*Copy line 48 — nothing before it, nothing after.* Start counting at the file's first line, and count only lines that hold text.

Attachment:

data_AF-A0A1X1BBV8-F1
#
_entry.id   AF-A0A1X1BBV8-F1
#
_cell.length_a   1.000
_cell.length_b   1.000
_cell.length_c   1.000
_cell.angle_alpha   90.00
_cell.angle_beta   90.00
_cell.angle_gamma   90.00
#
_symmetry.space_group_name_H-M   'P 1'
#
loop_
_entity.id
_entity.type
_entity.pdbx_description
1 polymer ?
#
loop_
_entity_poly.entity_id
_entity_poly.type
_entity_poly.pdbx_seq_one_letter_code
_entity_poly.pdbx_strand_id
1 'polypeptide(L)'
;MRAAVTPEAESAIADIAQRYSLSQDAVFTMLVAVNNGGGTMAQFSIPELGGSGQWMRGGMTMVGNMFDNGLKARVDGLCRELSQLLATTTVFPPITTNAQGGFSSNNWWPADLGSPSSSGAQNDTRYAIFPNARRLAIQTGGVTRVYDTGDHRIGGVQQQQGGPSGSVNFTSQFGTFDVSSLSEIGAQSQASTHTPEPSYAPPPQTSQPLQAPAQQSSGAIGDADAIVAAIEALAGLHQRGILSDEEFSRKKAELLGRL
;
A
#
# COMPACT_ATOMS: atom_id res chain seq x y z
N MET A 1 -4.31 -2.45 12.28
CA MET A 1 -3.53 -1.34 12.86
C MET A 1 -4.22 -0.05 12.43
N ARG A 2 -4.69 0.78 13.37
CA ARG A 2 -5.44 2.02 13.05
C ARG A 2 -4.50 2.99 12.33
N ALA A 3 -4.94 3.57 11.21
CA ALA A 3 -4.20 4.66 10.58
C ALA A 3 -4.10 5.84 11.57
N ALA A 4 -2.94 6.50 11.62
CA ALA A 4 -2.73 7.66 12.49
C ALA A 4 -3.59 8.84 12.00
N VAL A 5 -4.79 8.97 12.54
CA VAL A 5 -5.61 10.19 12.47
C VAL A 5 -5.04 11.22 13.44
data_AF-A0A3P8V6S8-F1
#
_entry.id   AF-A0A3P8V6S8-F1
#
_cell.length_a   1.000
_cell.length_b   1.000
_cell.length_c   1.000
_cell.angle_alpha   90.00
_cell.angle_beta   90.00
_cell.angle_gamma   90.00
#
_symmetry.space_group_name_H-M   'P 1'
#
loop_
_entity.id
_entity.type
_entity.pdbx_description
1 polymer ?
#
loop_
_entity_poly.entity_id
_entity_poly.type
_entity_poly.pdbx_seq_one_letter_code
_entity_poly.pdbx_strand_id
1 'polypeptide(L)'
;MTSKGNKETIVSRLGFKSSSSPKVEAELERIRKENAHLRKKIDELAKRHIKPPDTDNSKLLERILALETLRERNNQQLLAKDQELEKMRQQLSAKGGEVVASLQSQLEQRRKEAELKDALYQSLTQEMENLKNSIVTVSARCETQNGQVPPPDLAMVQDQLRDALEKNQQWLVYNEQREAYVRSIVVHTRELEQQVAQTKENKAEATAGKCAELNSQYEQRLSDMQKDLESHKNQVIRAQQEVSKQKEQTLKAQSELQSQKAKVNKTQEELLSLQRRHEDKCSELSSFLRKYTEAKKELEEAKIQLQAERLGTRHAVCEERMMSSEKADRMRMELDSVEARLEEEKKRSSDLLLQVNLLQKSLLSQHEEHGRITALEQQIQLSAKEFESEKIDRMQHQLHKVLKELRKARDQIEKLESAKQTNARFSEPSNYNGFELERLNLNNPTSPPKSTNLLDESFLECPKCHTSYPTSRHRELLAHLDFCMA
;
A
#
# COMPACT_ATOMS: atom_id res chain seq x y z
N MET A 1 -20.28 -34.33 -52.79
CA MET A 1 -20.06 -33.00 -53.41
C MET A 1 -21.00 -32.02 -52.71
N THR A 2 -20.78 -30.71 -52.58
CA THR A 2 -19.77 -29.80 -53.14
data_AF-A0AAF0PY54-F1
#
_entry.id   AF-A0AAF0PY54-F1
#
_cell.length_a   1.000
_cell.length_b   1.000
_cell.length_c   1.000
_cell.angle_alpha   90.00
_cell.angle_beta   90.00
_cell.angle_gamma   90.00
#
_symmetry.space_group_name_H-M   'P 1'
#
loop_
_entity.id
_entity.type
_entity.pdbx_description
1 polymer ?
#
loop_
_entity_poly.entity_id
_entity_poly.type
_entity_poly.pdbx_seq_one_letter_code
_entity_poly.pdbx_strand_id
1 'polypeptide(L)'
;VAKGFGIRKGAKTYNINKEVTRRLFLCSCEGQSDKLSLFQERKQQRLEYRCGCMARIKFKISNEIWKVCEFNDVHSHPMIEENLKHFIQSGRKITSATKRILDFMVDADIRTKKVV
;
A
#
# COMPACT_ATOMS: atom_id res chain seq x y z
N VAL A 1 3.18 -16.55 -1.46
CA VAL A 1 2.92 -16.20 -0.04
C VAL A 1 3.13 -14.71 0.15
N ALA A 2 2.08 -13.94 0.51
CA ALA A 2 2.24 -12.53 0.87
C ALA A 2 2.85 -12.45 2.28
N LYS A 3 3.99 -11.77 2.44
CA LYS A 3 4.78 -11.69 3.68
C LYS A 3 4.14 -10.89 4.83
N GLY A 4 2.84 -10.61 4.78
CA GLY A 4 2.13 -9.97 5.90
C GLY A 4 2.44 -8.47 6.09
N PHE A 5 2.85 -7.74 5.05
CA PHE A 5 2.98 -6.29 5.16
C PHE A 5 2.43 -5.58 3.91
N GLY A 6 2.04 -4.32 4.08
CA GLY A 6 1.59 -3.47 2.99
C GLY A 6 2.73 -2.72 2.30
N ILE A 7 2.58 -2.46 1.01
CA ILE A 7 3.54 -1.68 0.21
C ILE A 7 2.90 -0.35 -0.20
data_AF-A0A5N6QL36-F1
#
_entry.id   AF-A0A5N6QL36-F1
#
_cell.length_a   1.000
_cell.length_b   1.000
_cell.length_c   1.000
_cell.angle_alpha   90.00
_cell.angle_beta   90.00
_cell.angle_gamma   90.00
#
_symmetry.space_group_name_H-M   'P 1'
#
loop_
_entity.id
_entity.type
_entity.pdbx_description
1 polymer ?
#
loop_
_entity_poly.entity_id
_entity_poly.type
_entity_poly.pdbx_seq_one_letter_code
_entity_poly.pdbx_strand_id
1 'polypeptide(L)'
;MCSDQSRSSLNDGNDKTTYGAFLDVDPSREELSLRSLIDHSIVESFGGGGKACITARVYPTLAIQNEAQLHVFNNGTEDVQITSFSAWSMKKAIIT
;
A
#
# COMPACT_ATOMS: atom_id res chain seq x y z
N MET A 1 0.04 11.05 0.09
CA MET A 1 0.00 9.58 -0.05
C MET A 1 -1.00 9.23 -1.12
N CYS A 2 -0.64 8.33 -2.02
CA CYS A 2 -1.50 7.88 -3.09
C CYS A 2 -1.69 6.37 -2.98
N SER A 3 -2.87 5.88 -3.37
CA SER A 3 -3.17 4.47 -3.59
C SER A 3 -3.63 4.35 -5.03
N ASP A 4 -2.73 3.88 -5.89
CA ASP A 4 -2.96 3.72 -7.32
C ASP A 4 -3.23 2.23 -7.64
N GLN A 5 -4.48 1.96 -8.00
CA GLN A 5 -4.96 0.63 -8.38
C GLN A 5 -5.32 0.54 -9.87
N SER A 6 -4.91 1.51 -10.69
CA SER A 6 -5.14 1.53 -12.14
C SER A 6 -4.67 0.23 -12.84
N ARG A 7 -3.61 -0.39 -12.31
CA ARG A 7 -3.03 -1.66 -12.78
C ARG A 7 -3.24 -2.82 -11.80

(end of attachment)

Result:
_entry.id   AF-A0A3P8V6S8-F1